June 11, 2020
With Software, Every State’s a Tech Hub
September 26, 2017
Across the US, software empowers countless people and businesses, improving our lives each day in ways big and small. In Michigan, it’s reducing medical conflicts so Americans can live longer, healthier lives. In South Carolina, it’s improving transparency in police departments. In California, it’s helping design smarter and more sustainable infrastructure.
Stories like these are not anomalies. In fact, every state has examples of how they’ve overcome challenges through software innovation. Yet software is far more than a tool for solving problems – it’s also boosting new opportunities and economic growth.
Today, Software.org: the BSA Foundation released a new report that illustrates the scope of the software industry’s impact on the economy in 2016. The results reveal that the software industry is not only flourishing, but also outpacing the US economy in growth. Here are a few key findings:
- Software contributed more than $1.14 trillion to the total US value-added GDP in 2016;
- The software industry supports 10.5 million total US jobs, including 2.9 million direct jobs; and
- Over the past two years, software’s direct economic impact grew by 18.7 percent, while the US economy grew 6.7 percent.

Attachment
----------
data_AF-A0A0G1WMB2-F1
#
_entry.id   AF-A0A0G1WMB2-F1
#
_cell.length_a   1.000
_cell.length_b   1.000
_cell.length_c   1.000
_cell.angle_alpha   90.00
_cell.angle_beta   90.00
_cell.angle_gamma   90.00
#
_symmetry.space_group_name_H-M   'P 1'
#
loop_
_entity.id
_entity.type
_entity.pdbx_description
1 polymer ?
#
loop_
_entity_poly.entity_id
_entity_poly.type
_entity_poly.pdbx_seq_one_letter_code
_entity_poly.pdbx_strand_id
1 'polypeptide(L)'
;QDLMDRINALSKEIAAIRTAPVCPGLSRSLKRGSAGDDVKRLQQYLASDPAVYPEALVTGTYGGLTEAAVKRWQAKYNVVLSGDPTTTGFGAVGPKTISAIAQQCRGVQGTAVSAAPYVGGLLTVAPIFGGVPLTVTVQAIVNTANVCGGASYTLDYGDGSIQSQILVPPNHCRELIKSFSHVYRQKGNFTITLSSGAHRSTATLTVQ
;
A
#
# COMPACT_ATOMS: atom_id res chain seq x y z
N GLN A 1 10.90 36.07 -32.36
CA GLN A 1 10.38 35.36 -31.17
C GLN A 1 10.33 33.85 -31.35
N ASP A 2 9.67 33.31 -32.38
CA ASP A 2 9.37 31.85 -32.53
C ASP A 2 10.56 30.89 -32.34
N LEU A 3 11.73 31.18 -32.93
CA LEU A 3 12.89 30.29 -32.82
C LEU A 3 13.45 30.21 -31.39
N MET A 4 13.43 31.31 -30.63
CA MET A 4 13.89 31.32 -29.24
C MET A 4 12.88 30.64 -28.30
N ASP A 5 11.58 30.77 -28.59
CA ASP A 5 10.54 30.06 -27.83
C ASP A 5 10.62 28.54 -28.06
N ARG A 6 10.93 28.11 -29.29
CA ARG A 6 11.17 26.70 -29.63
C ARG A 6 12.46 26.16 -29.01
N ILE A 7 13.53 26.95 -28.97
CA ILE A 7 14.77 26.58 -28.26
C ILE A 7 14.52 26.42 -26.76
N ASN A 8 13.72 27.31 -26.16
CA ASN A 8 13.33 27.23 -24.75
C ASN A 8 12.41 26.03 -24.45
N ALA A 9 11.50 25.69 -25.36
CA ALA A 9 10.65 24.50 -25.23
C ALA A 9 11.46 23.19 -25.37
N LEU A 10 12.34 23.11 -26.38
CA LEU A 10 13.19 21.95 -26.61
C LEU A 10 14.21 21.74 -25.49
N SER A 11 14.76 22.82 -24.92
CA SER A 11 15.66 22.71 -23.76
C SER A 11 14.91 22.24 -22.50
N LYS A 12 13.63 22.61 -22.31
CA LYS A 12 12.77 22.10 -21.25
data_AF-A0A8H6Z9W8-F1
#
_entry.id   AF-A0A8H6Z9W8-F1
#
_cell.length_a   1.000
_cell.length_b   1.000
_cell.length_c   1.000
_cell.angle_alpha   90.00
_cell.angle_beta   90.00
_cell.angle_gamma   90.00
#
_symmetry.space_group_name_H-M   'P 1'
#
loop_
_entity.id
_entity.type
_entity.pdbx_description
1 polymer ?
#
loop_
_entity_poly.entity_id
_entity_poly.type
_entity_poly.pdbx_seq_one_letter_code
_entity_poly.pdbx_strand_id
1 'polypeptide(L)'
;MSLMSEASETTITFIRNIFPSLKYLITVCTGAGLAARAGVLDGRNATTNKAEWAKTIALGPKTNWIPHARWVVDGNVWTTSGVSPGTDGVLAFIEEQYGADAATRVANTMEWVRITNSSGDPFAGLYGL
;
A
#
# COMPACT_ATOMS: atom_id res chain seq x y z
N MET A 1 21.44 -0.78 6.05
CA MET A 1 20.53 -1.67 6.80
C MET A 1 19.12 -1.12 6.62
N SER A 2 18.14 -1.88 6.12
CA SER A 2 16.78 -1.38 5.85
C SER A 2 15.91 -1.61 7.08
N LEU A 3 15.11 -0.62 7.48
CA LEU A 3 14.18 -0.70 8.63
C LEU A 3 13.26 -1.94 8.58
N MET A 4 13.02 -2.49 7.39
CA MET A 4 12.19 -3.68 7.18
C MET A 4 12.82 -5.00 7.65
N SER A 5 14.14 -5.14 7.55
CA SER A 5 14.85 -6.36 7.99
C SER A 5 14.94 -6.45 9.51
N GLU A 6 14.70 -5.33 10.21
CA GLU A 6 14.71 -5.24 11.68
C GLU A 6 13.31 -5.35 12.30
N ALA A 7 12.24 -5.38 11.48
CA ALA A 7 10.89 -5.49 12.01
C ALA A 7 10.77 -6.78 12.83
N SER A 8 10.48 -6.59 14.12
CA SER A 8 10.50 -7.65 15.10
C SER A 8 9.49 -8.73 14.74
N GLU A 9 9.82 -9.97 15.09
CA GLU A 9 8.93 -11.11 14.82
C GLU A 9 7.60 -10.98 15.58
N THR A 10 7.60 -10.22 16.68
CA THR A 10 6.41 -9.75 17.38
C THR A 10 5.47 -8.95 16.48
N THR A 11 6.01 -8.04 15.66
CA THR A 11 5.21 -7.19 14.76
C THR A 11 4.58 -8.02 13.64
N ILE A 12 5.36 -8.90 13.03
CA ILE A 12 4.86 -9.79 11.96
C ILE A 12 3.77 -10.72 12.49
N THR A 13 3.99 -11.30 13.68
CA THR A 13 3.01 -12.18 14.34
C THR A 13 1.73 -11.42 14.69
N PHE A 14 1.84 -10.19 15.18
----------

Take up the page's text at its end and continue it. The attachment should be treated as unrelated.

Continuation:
These software-driven economic opportunities aren’t limited to Silicon Valley, or even the IT sector. In 2016, software’s economic impact grew in all 50 states. Thirty-five states experienced more than 20 percent growth in their value-added GDP, with Idaho and North Carolina up more than 40 percent. In addition, software jobs in the United States grew 14.6 percent from 2014 to 2016 – everything from software developers and web designers to project coordinators. Kansas and Indiana lead the way, with software jobs in those states growing more than 30 percent each.
Software is no longer just the code that brings our electronics to life; it’s helping businesses grow faster, paychecks grow bigger, and every state grow stronger. The software industry holds opportunity for all, including those who aren’t in tech. I encourage you explore Software.org’s new report, and learn how software is transforming your state.
To read the full report, visit www.software.org/softwareimpact.
Executive Director, Software.org
As the founding executive director of Software.org, Chris Hopfensperger leads the foundation’s efforts to help policymakers and the general public better understand the impact that software has on our lives, our economy, and our society. He also helps translate the foundation’s philanthropic and forward-looking agenda into efforts to address key issues facing the software industry.